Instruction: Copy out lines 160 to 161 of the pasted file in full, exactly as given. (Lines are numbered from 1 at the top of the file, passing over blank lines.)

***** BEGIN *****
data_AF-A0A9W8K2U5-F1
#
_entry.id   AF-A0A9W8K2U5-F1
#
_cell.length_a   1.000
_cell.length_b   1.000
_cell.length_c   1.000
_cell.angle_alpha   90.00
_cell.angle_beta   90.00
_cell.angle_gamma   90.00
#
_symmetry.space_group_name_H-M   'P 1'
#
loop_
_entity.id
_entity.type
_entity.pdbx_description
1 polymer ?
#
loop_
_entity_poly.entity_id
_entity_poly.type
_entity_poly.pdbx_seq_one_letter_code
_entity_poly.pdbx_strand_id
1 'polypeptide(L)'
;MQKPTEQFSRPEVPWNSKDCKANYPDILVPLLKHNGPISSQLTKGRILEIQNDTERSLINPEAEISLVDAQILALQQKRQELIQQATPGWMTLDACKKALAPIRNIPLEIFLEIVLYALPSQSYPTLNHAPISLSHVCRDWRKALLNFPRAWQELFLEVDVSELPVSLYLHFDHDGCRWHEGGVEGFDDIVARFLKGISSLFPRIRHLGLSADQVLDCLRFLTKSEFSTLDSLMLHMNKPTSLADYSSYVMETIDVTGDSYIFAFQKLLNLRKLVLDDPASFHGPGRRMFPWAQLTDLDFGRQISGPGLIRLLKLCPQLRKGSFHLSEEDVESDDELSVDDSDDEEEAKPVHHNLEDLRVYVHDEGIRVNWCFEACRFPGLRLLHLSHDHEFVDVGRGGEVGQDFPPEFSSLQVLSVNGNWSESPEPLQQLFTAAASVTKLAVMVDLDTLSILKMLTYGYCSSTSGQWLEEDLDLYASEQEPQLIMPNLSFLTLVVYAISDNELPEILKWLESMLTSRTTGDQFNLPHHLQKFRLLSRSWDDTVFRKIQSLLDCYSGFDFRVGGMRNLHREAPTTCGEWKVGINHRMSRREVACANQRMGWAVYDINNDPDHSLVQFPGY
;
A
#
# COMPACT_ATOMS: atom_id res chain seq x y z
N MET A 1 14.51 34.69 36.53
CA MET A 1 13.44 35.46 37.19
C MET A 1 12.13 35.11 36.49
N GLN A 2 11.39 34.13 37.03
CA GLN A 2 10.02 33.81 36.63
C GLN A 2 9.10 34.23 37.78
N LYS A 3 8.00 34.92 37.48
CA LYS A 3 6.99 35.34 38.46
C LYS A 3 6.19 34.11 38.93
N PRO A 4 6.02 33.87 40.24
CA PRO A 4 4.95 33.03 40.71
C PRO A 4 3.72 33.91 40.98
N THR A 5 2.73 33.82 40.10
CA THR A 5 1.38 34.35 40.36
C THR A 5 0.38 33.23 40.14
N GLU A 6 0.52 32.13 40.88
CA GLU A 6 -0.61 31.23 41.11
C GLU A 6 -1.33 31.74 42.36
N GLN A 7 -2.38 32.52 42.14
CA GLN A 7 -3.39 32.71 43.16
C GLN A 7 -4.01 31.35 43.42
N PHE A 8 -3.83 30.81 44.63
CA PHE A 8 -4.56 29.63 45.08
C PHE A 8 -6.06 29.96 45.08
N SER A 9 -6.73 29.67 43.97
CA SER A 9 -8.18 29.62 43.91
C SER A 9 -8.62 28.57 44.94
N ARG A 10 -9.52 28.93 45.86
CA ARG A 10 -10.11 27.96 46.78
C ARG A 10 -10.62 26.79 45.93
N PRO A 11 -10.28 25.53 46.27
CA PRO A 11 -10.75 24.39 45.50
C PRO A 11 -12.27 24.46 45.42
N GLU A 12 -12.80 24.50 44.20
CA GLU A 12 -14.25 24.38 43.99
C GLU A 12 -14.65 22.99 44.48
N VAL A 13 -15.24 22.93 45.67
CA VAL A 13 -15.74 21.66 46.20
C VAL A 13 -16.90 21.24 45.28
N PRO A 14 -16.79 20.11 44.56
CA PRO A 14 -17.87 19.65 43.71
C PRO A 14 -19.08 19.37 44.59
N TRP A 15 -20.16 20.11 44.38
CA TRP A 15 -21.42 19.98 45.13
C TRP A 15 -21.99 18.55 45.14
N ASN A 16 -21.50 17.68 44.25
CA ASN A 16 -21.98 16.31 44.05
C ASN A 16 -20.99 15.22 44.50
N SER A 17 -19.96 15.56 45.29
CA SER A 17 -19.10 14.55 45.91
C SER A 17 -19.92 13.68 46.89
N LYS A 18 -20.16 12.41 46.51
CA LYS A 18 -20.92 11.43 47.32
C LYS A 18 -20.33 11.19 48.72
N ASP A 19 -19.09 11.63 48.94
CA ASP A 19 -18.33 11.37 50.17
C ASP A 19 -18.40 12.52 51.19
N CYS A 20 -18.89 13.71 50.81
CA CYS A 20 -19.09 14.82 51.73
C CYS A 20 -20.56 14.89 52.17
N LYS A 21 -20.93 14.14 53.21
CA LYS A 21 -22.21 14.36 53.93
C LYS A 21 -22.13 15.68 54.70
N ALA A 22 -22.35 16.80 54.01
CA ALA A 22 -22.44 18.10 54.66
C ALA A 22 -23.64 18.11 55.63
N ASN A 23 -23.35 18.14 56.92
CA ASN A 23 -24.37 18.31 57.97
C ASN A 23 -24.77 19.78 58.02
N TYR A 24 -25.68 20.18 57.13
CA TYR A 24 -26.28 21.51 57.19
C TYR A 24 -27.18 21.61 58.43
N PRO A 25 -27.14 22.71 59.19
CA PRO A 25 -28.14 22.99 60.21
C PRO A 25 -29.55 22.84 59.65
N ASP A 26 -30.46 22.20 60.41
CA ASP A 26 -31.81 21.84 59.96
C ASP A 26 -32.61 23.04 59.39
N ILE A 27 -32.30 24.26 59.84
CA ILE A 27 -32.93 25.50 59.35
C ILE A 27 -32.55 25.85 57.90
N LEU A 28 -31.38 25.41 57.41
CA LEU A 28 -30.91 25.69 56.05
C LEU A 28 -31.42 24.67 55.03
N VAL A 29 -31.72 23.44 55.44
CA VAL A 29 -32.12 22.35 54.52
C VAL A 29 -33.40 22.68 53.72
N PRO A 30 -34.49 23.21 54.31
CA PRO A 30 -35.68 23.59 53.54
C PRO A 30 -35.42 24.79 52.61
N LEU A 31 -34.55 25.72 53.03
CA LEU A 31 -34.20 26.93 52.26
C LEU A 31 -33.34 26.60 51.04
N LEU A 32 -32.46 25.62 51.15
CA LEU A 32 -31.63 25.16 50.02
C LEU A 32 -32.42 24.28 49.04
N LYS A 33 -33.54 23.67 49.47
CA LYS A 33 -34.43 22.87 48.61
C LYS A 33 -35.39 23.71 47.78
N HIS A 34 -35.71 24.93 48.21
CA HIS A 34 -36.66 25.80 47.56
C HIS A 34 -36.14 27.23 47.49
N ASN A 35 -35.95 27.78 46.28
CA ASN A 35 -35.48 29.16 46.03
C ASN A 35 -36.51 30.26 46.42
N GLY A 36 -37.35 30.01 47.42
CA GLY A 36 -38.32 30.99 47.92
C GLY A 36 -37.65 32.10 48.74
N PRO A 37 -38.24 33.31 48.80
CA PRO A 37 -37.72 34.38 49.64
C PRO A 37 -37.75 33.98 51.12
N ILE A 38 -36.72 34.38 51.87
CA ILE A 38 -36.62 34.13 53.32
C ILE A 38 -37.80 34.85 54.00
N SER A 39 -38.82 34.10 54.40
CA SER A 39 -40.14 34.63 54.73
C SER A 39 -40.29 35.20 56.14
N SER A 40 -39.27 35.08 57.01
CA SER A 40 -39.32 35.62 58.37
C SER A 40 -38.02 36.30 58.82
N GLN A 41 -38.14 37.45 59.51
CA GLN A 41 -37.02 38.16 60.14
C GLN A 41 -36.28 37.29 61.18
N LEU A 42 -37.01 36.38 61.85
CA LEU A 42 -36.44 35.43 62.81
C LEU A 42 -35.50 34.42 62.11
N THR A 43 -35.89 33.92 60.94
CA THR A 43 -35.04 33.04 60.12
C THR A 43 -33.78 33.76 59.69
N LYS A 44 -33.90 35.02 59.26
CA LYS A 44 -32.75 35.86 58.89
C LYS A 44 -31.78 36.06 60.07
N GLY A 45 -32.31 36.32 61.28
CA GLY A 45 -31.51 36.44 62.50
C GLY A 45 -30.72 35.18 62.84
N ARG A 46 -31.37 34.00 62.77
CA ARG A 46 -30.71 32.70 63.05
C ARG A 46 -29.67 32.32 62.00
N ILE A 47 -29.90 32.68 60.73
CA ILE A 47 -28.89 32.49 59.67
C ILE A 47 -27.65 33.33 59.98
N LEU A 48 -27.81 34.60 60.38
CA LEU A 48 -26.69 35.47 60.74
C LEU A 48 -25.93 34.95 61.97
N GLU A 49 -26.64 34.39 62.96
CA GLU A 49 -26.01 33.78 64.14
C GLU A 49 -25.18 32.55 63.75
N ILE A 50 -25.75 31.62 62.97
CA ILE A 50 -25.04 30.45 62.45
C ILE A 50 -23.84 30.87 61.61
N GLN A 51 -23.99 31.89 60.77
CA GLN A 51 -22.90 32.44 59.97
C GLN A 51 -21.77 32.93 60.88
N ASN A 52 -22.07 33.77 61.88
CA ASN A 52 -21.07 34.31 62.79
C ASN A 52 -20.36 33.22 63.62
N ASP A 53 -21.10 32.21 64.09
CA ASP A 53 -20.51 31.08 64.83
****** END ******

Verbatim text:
N LYS A 44 -33.90 35.02 59.26
CA LYS A 44 -32.75 35.86 58.89